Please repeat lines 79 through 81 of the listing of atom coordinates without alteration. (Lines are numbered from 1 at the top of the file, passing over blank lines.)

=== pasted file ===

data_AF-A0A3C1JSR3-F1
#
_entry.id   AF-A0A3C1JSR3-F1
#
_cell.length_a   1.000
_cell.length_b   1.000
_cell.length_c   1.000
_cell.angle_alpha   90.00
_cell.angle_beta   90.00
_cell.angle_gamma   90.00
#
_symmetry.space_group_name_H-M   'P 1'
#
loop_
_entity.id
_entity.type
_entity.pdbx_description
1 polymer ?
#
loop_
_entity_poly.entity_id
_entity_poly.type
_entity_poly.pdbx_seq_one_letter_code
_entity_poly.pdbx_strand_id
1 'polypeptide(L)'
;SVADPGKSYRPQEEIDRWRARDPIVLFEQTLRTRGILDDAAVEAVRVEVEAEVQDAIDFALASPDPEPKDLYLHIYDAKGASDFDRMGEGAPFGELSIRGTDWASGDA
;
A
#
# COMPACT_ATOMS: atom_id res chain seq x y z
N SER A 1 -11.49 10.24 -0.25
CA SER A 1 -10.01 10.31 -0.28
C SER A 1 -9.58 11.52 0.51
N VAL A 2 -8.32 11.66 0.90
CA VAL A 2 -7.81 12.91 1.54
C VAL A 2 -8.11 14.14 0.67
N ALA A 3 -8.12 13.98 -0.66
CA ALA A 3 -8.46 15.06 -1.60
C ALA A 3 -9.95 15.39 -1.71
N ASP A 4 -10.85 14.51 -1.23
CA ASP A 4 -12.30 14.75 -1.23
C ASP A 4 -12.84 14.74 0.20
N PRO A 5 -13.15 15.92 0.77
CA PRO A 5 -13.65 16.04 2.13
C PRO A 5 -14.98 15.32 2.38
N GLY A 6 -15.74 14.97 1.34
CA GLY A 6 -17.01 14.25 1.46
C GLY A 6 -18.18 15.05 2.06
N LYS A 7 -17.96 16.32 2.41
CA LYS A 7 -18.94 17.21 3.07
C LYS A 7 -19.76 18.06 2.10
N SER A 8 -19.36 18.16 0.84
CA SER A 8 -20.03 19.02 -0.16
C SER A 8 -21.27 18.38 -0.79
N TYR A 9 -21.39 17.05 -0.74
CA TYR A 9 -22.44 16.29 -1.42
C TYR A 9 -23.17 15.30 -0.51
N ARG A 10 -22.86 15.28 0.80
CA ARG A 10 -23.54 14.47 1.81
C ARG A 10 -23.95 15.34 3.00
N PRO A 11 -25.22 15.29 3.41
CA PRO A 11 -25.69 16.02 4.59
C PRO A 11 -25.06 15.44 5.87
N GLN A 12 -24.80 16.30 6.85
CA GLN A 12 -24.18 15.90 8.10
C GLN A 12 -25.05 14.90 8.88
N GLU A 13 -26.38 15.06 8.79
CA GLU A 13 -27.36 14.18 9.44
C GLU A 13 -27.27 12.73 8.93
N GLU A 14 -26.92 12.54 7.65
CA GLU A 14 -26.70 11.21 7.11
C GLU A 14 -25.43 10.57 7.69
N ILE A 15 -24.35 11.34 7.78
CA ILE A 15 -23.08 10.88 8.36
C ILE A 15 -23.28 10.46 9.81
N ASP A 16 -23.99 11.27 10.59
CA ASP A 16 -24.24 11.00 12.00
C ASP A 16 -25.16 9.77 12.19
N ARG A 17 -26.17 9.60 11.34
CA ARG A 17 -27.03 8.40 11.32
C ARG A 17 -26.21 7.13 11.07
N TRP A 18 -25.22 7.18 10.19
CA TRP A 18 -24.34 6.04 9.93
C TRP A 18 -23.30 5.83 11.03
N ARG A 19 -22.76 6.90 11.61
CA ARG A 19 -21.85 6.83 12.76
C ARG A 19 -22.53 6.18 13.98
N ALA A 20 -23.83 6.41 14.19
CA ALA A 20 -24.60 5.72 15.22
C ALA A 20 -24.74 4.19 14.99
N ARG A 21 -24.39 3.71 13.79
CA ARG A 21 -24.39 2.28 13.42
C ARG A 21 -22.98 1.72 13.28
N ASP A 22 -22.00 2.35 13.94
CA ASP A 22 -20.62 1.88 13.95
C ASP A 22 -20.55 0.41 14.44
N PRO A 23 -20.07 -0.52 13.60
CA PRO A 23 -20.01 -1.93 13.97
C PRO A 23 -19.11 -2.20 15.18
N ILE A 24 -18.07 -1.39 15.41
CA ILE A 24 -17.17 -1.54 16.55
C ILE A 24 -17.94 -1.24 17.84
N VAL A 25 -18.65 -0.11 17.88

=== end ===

N ARG A 17 -26.17 9.60 11.34
CA ARG A 17 -27.03 8.40 11.32
C ARG A 17 -26.21 7.13 11.07